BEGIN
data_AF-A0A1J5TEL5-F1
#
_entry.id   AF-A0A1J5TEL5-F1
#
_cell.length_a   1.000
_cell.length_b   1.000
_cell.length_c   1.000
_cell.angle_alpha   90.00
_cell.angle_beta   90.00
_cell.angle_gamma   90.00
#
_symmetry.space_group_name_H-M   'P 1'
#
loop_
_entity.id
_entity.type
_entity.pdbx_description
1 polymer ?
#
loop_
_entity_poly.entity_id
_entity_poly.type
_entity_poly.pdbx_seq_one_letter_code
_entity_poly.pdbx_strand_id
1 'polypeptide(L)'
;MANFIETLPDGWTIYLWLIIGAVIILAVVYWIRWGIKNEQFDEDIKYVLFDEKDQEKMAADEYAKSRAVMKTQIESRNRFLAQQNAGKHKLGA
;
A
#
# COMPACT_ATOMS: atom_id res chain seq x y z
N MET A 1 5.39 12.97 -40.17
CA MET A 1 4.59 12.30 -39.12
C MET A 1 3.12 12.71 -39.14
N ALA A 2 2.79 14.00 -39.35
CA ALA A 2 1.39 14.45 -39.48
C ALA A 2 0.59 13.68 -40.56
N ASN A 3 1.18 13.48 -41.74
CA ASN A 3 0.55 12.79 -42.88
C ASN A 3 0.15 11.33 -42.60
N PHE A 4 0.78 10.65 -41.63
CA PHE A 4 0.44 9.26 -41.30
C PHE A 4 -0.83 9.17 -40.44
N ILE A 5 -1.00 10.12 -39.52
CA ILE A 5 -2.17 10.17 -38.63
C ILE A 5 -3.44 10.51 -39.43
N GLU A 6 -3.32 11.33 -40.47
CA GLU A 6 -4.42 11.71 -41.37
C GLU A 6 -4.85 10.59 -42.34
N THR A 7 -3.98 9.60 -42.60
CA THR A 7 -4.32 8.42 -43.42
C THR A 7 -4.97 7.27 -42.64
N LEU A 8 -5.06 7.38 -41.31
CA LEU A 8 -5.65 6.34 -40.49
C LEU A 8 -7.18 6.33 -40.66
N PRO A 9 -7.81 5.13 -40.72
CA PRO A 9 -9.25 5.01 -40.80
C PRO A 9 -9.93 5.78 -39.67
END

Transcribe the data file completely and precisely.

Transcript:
data_AF-A0A1J5TEL5-F1
#
_entry.id   AF-A0A1J5TEL5-F1
#
_cell.length_a   1.000
_cell.length_b   1.000
_cell.length_c   1.000
_cell.angle_alpha   90.00
_cell.angle_beta   90.00
_cell.angle_gamma   90.00
#
_symmetry.space_group_name_H-M   'P 1'
#
loop_
_entity.id
_entity.type
_entity.pdbx_description
1 polymer ?
#
loop_
_entity_poly.entity_id
_entity_poly.type
_entity_poly.pdbx_seq_one_letter_code
_entity_poly.pdbx_strand_id
1 'polypeptide(L)'
;MANFIETLPDGWTIYLWLIIGAVIILAVVYWIRWGIKNEQFDEDIKYVLFDEKDQEKMAADEYAKSRAVMKTQIESRNRFLAQQNAGKHKLGA
;
A
#
# COMPACT_ATOMS: atom_id res chain seq x y z
N MET A 1 5.39 12.97 -40.17
CA MET A 1 4.59 12.30 -39.12
C MET A 1 3.12 12.71 -39.14
N ALA A 2 2.79 14.00 -39.35
CA ALA A 2 1.39 14.45 -39.48
C ALA A 2 0.59 13.68 -40.56
N ASN A 3 1.18 13.48 -41.74
CA ASN A 3 0.55 12.79 -42.88
C ASN A 3 0.15 11.33 -42.60
N PHE A 4 0.78 10.65 -41.63
CA PHE A 4 0.44 9.26 -41.30
C PHE A 4 -0.83 9.17 -40.44
N ILE A 5 -1.00 10.12 -39.52
CA ILE A 5 -2.17 10.17 -38.63
C ILE A 5 -3.44 10.51 -39.43
N GLU A 6 -3.32 11.33 -40.47
CA GLU A 6 -4.42 11.71 -41.37
C GLU A 6 -4.85 10.59 -42.34
N THR A 7 -3.98 9.60 -42.60
CA THR A 7 -4.32 8.42 -43.42
C THR A 7 -4.97 7.27 -42.64
N LEU A 8 -5.06 7.38 -41.31
CA LEU A 8 -5.65 6.34 -40.49
C LEU A 8 -7.18 6.33 -40.66
N PRO A 9 -7.81 5.13 -40.72
CA PRO A 9 -9.25 5.01 -40.80
C PRO A 9 -9.93 5.78 -39.67